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The Kokoda
Kokoda
Track or Trail
Trail
is a single-file foot thoroughfare that runs 96 kilometres (60 mi) overland – 60 kilometres (37 mi) in a straight line – through the Owen Stanley Range
Owen Stanley Range
in Papua New Guinea. The track was the location of the 1942 World War II battle between Japanese and Allied – primarily Australian – forces in what was then the Australian territory of Papua. The track runs from Owers Corner in Central Province, 50 kilometres (31 mi) east of Port Moresby, across rugged and isolated terrain which is only passable on foot, to the village of Kokoda
Kokoda
in Oro Province. It reaches a height of 2,190 metres (7,185 ft) as it passes around the peak of Mount Bellamy.[1] The track travels primarily through the land of the Mountain Koiari people. Hot, humid days with intensely cold nights, torrential rainfall and the risk of endemic tropical diseases such as malaria make it a challenging trek. Hiking the trail normally takes between four and twelve days; the fastest recorded time is 16 hours 34 minutes.

Contents

1 History

1.1 Popularity and deaths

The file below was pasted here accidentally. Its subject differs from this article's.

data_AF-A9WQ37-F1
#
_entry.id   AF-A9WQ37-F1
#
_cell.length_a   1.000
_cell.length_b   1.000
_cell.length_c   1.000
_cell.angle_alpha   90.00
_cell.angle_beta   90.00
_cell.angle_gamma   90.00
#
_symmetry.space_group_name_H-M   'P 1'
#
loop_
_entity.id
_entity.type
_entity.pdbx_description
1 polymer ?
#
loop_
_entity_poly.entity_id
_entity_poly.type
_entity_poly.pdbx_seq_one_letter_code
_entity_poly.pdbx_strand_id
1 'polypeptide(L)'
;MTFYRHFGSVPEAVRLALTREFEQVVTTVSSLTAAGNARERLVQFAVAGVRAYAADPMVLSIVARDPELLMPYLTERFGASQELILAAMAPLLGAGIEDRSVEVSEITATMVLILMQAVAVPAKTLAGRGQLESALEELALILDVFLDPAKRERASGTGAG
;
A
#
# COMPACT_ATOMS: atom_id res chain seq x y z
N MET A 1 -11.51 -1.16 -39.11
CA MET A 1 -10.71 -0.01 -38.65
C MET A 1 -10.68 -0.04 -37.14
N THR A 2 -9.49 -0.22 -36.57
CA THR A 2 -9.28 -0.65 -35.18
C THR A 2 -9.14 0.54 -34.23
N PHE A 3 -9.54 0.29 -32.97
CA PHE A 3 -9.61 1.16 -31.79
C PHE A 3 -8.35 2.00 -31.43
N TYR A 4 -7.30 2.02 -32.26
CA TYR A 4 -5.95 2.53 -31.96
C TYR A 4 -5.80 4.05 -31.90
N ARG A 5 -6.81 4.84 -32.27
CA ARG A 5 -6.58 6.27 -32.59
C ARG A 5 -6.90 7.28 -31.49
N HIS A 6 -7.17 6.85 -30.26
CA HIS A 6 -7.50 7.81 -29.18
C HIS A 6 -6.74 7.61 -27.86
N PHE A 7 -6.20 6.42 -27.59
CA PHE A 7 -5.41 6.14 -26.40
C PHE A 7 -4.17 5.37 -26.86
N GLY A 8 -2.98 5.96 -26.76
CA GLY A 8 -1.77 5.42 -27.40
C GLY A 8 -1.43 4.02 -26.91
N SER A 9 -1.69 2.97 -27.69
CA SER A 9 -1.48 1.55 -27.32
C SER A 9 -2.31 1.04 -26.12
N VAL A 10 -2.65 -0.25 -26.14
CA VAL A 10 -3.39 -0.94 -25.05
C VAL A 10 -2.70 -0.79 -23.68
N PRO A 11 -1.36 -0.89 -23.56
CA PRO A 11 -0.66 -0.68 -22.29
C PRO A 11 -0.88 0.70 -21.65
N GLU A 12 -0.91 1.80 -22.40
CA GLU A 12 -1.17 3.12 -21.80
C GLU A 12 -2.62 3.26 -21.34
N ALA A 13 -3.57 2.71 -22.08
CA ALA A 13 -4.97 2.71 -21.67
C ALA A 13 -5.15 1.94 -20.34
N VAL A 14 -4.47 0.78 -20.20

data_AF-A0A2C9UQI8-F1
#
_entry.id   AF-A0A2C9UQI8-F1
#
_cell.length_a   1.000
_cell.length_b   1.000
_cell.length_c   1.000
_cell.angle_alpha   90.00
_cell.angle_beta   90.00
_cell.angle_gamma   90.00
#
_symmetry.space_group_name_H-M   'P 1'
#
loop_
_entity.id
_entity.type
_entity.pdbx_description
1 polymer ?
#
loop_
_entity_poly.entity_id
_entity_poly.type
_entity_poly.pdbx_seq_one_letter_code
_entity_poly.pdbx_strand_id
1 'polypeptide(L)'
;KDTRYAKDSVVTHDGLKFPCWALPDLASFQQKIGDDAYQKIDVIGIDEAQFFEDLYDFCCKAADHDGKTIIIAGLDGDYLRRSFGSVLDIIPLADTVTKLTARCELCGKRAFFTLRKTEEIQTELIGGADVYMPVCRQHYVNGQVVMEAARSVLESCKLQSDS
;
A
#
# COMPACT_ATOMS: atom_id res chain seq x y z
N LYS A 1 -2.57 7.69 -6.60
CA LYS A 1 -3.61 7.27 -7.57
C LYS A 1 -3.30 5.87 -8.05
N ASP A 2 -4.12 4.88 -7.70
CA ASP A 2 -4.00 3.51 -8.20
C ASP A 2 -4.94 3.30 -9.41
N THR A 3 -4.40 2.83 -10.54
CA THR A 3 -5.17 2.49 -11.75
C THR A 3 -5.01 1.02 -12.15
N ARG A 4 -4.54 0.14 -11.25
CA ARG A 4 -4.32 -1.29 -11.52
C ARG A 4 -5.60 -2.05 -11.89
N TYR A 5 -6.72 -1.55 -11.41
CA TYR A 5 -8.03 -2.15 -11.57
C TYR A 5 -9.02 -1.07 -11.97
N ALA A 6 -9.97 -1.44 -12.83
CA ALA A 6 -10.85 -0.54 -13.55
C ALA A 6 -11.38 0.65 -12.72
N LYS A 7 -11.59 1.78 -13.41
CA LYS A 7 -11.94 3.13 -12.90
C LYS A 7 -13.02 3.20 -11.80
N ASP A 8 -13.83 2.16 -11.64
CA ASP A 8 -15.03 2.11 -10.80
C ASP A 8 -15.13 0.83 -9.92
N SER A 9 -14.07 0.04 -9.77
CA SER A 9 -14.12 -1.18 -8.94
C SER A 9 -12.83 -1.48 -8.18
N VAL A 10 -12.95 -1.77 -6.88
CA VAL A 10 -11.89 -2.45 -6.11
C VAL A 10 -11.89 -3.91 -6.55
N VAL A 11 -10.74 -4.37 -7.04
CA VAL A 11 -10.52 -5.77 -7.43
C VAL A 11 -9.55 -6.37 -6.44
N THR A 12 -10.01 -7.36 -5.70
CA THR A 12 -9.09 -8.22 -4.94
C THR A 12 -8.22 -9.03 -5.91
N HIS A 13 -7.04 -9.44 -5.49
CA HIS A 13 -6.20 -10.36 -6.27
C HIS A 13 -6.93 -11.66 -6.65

2 Nomenclature 3 Trekking 4 Kokoda
Kokoda
Challenge Race

4.1 2005 4.2 2006 4.3 2007 4.4 2008 4.5 2011 4.6 2012

5 See also 6 References 7 Further reading 8 External links

History[edit] The track was first surveyed in 1899 by Henry Hamilton Stuart-Russell in order to create a path from Port Moresby
Port Moresby
to the north coast of New Guinea. Stuart-Russell's group shot numerous local people as he encountered their opposition along his journey. In particular, as they were approaching the Yodda Valley, indigenous resistance was met with rifle-fire with Stuart-Russell noting that the tribesmen,

"not being familiar with the effect of a bullet from a Martini-Henry or Snider rifle, they imagined their shields sufficient protection..the rifle practice, however, was too good and though they came on again and again..they were repulsed every time with loss"[2]

The colonial government, having received messages of the surveyor's obstacles, sent Capt. Charles Monckton to resupply the group with food, ammunition and troopers of the Native Constabulary. Monckton reached the surveyor's camp finding that they were barricaded in a log hut surrounded by local tribesmen. Monckton's force "swept away the surrounding natives" and as soon as "the rifle fire died away" they were able to unite with Stuart-Russell's group.[3] Stuart-Russell also discovered gold in the area which encouraged British and Anglo-Australian prospectors to enter the region that was to become known as the Yodda Kokoda
Kokoda
goldfields. Due to conflict between these miners and the local tribes, the colonial paramilitary force, the Armed Native Constabulary, was ordered to enforce British rule in the region. From 1900, officers such as William Armit, Alexander Elliot and Archibald Walker led their troopers to crush any opposition, killing many villagers. Armit, who was previously a sub-inspector in the notorious Native Police